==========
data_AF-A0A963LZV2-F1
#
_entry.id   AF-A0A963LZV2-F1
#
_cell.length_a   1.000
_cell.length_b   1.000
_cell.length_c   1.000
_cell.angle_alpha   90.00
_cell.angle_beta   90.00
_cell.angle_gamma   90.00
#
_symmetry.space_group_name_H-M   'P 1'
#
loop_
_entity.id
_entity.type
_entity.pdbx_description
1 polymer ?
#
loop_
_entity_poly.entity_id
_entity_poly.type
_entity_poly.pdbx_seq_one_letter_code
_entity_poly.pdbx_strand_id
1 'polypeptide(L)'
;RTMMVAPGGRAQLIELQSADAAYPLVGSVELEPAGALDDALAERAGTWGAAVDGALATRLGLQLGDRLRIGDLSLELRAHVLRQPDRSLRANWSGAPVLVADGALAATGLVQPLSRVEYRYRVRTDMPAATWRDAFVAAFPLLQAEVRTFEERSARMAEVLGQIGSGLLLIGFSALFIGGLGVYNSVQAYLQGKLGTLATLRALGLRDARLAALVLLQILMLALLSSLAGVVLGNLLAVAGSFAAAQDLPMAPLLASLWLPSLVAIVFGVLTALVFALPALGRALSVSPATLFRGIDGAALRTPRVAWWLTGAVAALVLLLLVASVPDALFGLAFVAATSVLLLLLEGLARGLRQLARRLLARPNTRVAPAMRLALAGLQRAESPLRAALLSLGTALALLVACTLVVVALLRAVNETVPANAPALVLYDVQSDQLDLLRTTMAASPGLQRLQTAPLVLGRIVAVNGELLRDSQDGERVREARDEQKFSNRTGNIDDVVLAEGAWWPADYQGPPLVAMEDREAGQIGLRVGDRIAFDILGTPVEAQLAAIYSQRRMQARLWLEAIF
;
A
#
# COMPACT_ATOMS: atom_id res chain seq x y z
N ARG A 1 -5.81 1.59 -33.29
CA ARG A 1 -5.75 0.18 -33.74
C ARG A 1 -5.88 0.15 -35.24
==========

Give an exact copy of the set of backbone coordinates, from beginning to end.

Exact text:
data_AF-A0A963LZV2-F1
#
_entry.id   AF-A0A963LZV2-F1
#
_cell.length_a   1.000
_cell.length_b   1.000
_cell.length_c   1.000
_cell.angle_alpha   90.00
_cell.angle_beta   90.00
_cell.angle_gamma   90.00
#
_symmetry.space_group_name_H-M   'P 1'
#
loop_
_entity.id
_entity.type
_entity.pdbx_description
1 polymer ?
#
loop_
_entity_poly.entity_id
_entity_poly.type
_entity_poly.pdbx_seq_one_letter_code
_entity_poly.pdbx_strand_id
1 'polypeptide(L)'
;RTMMVAPGGRAQLIELQSADAAYPLVGSVELEPAGALDDALAERAGTWGAAVDGALATRLGLQLGDRLRIGDLSLELRAHVLRQPDRSLRANWSGAPVLVADGALAATGLVQPLSRVEYRYRVRTDMPAATWRDAFVAAFPLLQAEVRTFEERSARMAEVLGQIGSGLLLIGFSALFIGGLGVYNSVQAYLQGKLGTLATLRALGLRDARLAALVLLQILMLALLSSLAGVVLGNLLAVAGSFAAAQDLPMAPLLASLWLPSLVAIVFGVLTALVFALPALGRALSVSPATLFRGIDGAALRTPRVAWWLTGAVAALVLLLLVASVPDALFGLAFVAATSVLLLLLEGLARGLRQLARRLLARPNTRVAPAMRLALAGLQRAESPLRAALLSLGTALALLVACTLVVVALLRAVNETVPANAPALVLYDVQSDQLDLLRTTMAASPGLQRLQTAPLVLGRIVAVNGELLRDSQDGERVREARDEQKFSNRTGNIDDVVLAEGAWWPADYQGPPLVAMEDREAGQIGLRVGDRIAFDILGTPVEAQLAAIYSQRRMQARLWLEAIF
;
A
#
# COMPACT_ATOMS: atom_id res chain seq x y z
N ARG A 1 -5.81 1.59 -33.29
CA ARG A 1 -5.75 0.18 -33.74
C ARG A 1 -5.88 0.15 -35.24